Reduce Energy Consumption up to 34% with Variable-Speed Chiller Compressors

When manufacturing processes require water cooler than 85°F, a chiller is used. A chiller uses refrigerant, a compressor, and an evaporator to remove heat from the process water and cool the process fluid to approximately 50°F.

Compressors and the use of refrigerants have been around since the 19thcentury, and many different types of compressors are used, but until recently they all operated at one fixed-speed. A relatively new technology is variable-speed compressors. With this technology, energy use is reduced by slowing the speed of the compressor to just what is needed for the conditions. 

When the compressor slows down, there is a reduction of cooling capacity. Most chiller systems designs use the maximum possible heat load at 100% production capacity of the process equipment to ensure there is always enough cooling capacity. In most cases, the production equipment is operating at much less than maximum capacity so the chiller is ‘over-sized.’ A variable speed compressor is a great way to save this excess energy.

Variable-speed chiller compressors can substantially reduce energy consumption.

Variable-speed chiller compressors run just at the rate necessary to meet the service demand, which dramatically lowers energy consumption in cooler climates or days of the year.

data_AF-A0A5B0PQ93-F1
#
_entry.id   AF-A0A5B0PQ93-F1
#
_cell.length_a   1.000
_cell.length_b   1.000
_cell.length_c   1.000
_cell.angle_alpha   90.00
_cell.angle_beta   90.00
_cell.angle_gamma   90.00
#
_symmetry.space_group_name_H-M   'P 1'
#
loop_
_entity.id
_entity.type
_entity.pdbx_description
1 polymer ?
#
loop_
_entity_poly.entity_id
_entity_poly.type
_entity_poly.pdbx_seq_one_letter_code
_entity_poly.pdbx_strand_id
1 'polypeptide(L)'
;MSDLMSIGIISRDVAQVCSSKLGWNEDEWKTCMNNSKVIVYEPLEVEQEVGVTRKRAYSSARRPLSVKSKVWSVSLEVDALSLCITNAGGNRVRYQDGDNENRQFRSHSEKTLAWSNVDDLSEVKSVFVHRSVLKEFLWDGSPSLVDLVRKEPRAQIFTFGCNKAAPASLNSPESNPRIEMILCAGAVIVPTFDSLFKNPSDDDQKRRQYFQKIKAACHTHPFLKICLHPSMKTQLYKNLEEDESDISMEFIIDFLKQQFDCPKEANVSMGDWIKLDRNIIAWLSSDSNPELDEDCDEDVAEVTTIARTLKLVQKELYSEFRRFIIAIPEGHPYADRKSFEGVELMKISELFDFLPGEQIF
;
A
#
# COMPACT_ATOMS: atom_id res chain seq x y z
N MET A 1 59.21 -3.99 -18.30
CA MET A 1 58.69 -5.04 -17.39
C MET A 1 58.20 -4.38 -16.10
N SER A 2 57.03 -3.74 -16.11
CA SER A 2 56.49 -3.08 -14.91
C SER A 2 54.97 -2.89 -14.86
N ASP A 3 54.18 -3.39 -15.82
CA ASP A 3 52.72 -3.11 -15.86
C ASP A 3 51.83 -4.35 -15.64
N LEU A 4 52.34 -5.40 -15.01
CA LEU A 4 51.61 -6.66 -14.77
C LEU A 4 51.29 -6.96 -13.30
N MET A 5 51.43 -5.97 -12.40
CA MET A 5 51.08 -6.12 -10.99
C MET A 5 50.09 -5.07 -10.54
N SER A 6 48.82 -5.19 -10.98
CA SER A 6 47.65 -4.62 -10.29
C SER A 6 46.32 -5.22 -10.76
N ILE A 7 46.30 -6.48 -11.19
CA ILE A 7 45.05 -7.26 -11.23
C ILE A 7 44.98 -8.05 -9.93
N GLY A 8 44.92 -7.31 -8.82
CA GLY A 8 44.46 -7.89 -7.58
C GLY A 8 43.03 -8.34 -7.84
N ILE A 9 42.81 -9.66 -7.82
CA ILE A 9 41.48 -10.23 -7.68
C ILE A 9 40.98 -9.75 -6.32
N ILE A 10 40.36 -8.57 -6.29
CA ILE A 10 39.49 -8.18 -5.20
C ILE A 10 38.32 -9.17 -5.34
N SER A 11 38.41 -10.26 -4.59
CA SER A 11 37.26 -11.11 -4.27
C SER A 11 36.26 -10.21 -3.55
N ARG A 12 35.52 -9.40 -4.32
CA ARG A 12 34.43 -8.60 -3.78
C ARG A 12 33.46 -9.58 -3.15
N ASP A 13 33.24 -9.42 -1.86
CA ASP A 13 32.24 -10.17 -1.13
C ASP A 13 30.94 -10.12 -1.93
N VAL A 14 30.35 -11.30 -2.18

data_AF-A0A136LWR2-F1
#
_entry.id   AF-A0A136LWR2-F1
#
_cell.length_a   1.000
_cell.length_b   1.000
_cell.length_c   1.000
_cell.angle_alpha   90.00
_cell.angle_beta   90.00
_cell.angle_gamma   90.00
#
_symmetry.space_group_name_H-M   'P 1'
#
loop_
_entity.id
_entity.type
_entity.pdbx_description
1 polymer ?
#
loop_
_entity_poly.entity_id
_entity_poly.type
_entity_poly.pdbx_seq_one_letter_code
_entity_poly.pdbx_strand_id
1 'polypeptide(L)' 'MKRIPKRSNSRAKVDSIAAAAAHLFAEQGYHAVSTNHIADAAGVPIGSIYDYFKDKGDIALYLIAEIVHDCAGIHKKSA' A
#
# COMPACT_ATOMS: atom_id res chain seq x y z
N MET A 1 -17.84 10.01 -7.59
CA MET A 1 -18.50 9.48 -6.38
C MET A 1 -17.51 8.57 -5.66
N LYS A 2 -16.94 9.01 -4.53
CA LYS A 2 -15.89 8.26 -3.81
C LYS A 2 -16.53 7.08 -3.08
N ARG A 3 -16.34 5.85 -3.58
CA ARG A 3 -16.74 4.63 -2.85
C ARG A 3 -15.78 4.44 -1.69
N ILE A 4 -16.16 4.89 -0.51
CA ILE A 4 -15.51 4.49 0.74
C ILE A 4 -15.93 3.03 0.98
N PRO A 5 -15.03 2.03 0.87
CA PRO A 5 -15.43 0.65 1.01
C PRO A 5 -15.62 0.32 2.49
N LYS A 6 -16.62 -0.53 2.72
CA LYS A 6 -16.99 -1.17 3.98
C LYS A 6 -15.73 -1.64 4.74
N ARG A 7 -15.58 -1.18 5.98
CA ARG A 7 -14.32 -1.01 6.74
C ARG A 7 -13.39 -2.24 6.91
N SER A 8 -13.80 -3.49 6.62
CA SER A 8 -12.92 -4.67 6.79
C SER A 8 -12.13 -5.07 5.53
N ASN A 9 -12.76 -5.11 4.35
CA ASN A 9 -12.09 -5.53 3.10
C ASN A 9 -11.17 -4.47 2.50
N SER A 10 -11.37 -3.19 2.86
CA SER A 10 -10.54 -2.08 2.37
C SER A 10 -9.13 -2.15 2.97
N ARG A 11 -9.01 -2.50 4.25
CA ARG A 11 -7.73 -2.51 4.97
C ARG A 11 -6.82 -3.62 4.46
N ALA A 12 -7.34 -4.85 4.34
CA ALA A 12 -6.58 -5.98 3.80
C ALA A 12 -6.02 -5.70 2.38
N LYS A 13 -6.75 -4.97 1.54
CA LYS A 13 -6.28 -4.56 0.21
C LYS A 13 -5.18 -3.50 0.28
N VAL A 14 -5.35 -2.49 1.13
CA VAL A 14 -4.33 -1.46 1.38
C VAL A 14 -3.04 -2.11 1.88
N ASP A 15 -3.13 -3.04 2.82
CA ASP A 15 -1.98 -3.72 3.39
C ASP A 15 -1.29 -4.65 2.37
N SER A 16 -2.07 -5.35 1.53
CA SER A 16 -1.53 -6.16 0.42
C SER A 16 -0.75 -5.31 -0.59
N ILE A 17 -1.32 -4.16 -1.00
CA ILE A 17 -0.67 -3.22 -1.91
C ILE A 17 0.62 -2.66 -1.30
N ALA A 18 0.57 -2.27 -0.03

Power use is a “square relationship,” meaning that as the compressor speed changes the power use changes as a square of the speed change. For instance, if a compressor operates at 80% of its maximum speed, it will use 64% of its full-speed power.

This technology is available in a wide-range of compressor sizes. In addition, this initial equipment cost premium for this technology, depending on the hours of operating and load profile, can pay for itself in 12 to 18 months.

Dramatically cut chiller energy costs with free-cooling systems

Considering the ever-increasing need for more efficient systems, the newest trend in central chiller system design is to combine the benefits of a variable-speed compressor with that of an adiabatic fluid cooler.

These hybrid systems use an adiabatic fluid cooler to cool the condenser of the chiller during the summertime, but when the outside ambient temperature is cool enough, the adiabatic fluid cooler directly cools the process water, which means the chiller turns off completely. This saves 100% of the electrical cost of operating the chiller, which is the most significant power consumption of any process cooling system.

The number of hours of free-cooling increases when the process fluid temperature is warmer. In many applications, the chilled water set point temperature is such that the chiller may only need to run 50% of the year.

Process Chiller Quick Tip

Save money without investing in a new system

Rule of Thumb:  1 degree supply temperature increase raises chiller capacity by 1.5%

Raising the process temperature of a chiller increases its capacity. For example, raising the supply temperature from 50°F to 60°F increases the chiller capacity by as much as 15%.